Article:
2017-04-26 / Home

Teen’s film fulfills veteran’s wish to pay respects to fallen sailors

Voice staff

Antony Post with World War II Navy veteran Simon Zayon. Antony Post with World War II Navy veteran Simon Zayon. It started with a Maltese coin that World War II veteran Simon Zayon gave to Suzanne Post, program coordinator for adult services at the Katz JCC in Cherry Hill, three years ago. This simple gesture not only formed a bond between Zayon, stationed in Malta during his Naval service, and Post, the proud daughter of Maltese heritage; it sparked Post’s now 15-year-old son Antony to create “Kaddish,” a documentary film based on Zayon’s longtime desire to honor U.S. sailors who died defending the strategically important island nation.

“I was privileged to go back to Malta in Simon’s place to honor the memory of the servicemen who made the ultimate sacrifice during World War II,” explained Antony, an aspiring filmmaker and freshman at Haddonfield High School. During a family vacation to Malta this summer— Antony’s first time—he and his mother shot footage of his journey to discover where American soldiers are buried and to pay homage to them.

“Kaddish” is a short but deeply evocative piece detailing Malta’s significance in the war mixed with Zayon’s recollections of his tour of duty on the USS. Savannah, a naval cruiser that safely escorted then President Franklin Roosevelt to the famous Yalta conference with Winston Churchill and Joseph Stalin near the war’s end.

Antony used his phone and a tripod to shoot scenes of modern-day Malta and to document his attempts to seek out information on fallen soldiers. Footage of a ferry ride between the islands of Malta and Gozo served as the backdrop of the film’s emotional climax, in which Antony chants the Kaddish, an intonation in praise of God recited for the dead, while Zayon recites the English translation.

Antony, who is not Jewish, was familiar with the ancient liturgy from attending shivas with his mother, a longtime JCC employee. He taught it to himself to record for the film.

The movie was well received during its debut during the Cherry Hill Volvo Cars Jewish Film Festival of the JCC last month, when Antony also impressed the audience during a Q&A about the film following its showing. “Kaddish” will have upcoming showings in Haddonfield schools and during the township’s Memorial Day ceremony, said Suzanne Post.

For South Philadelphia native Zayon, the youngest of five brothers born to immigrants from the Ukraine who all served in the war, words do not do justice to how he felt when he saw the film for the first time. Accustomed to telling his story, he was previously featured in a documentary film created by a Rutgers University professor and regularly speaks in schools. But this was different; he thought it was only going to be a small-time school project.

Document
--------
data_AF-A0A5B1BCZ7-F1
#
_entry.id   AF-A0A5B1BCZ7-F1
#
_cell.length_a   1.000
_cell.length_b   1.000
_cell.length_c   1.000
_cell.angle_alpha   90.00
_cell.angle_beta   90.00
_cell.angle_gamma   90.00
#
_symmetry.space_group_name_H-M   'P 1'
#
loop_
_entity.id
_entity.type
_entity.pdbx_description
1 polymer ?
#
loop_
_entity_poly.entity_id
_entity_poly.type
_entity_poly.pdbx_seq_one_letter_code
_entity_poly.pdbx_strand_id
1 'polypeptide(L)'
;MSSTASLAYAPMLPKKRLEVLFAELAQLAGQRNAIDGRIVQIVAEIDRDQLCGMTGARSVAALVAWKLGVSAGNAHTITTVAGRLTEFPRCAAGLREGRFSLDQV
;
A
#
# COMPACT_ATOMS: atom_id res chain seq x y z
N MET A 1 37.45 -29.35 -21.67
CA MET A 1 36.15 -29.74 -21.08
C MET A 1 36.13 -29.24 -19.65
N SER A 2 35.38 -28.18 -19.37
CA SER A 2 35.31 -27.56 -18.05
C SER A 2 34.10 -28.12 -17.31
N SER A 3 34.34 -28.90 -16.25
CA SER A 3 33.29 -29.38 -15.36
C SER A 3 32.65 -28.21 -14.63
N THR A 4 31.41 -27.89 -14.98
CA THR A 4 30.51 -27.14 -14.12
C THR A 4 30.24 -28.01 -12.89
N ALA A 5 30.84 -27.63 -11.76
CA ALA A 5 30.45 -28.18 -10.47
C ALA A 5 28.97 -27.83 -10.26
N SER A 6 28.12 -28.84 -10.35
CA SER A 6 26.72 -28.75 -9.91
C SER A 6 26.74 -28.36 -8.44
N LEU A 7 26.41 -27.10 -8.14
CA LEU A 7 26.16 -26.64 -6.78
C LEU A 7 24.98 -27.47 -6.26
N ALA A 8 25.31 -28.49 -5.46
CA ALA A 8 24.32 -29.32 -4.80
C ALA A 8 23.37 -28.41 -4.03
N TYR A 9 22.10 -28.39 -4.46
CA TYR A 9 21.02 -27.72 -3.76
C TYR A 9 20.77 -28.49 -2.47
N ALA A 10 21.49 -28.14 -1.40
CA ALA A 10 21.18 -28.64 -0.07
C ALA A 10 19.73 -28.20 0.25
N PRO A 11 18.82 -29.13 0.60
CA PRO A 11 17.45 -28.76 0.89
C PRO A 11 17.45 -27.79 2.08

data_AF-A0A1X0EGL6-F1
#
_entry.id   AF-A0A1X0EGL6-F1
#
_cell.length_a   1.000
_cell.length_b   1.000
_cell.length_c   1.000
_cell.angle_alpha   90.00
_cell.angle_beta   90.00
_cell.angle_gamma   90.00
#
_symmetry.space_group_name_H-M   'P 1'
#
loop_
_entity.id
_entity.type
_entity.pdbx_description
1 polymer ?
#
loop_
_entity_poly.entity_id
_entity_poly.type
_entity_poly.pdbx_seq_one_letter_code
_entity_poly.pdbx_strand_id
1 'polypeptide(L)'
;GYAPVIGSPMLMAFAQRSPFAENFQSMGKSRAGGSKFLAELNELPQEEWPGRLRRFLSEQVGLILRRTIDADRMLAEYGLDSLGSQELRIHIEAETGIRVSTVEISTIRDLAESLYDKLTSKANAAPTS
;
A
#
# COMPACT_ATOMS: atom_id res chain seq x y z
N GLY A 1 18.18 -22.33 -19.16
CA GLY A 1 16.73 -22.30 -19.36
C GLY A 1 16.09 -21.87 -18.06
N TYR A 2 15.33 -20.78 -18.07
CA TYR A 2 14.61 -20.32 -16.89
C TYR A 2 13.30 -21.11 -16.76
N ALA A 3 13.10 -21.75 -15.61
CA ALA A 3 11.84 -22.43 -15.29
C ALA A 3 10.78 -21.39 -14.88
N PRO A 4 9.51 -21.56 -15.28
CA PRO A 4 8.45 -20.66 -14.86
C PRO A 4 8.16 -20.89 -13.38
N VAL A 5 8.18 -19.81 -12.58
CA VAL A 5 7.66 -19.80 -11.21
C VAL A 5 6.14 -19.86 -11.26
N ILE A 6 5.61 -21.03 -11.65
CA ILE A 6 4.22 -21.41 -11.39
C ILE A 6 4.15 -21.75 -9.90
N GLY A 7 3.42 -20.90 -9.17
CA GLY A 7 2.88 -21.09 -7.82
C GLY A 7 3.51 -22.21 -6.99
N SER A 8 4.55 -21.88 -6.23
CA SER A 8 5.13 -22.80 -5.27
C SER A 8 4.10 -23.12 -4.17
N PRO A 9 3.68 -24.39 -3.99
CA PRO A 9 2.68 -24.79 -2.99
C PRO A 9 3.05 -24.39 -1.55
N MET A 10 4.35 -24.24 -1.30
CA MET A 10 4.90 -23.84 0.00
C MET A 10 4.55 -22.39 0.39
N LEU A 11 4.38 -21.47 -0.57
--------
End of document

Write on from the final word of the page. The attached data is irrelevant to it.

“Put it this way, (until I saw the film) I haven’t cried since my wife died, and she died in 1978,” said Zayon, a Cherry Hill resident who started coming to the JCC three years ago for rehabilitation therapy after an accident.

He was only 15 when the attack on Pearl Harbor occurred and tried to join the Marines, but was rejected for his age. When he was finally old enough, he left high school in 11th grade to join the Navy. One of his first stints of service was on the Savannah, which was newly refurbished after German bombs attacked it, killing many of the crew, on September 11, 1943. As part of the task force that brought Roosevelt to Yalta, the Savannah crew spent weeks stationed around the island nation.

Zayon said that when he met Suzanne, he was eager to talk to her about Malta and its “brave, wonderful people,” including the children who used to come out to the water to greet the “bug boats.”

“Probably her father was one of those kids,” he said.

For Antony, who has made 16 movies with family and friends and grew up on stories about Malta, “Kaddish” was a departure from the horror films and spoofs of movies like “Star Wars” he had created in the past.

“Kaddish” posed different challenges, since he had to stick to the truth and figure out how to present a short story based on fact-finding while on vacation and meeting up with relatives. For example, the goal of finding a cemetery where American servicemen were buried came to a dead end when he and his mom learned that the sailors who died during boat attacks were buried at sea.

As a result, the Kaddish recitation is paired with footage of Antony during a boat ride—to beautiful effect.

“This has been the biggest thing I’ve ever done and the most professional,” said Antony, who is currently taking his first video production class at Haddonfield High School and is also involved in theater. “It was special not only to have my film shown but to talk with the audience. I really think this is helping me in realizing my true passion.” 

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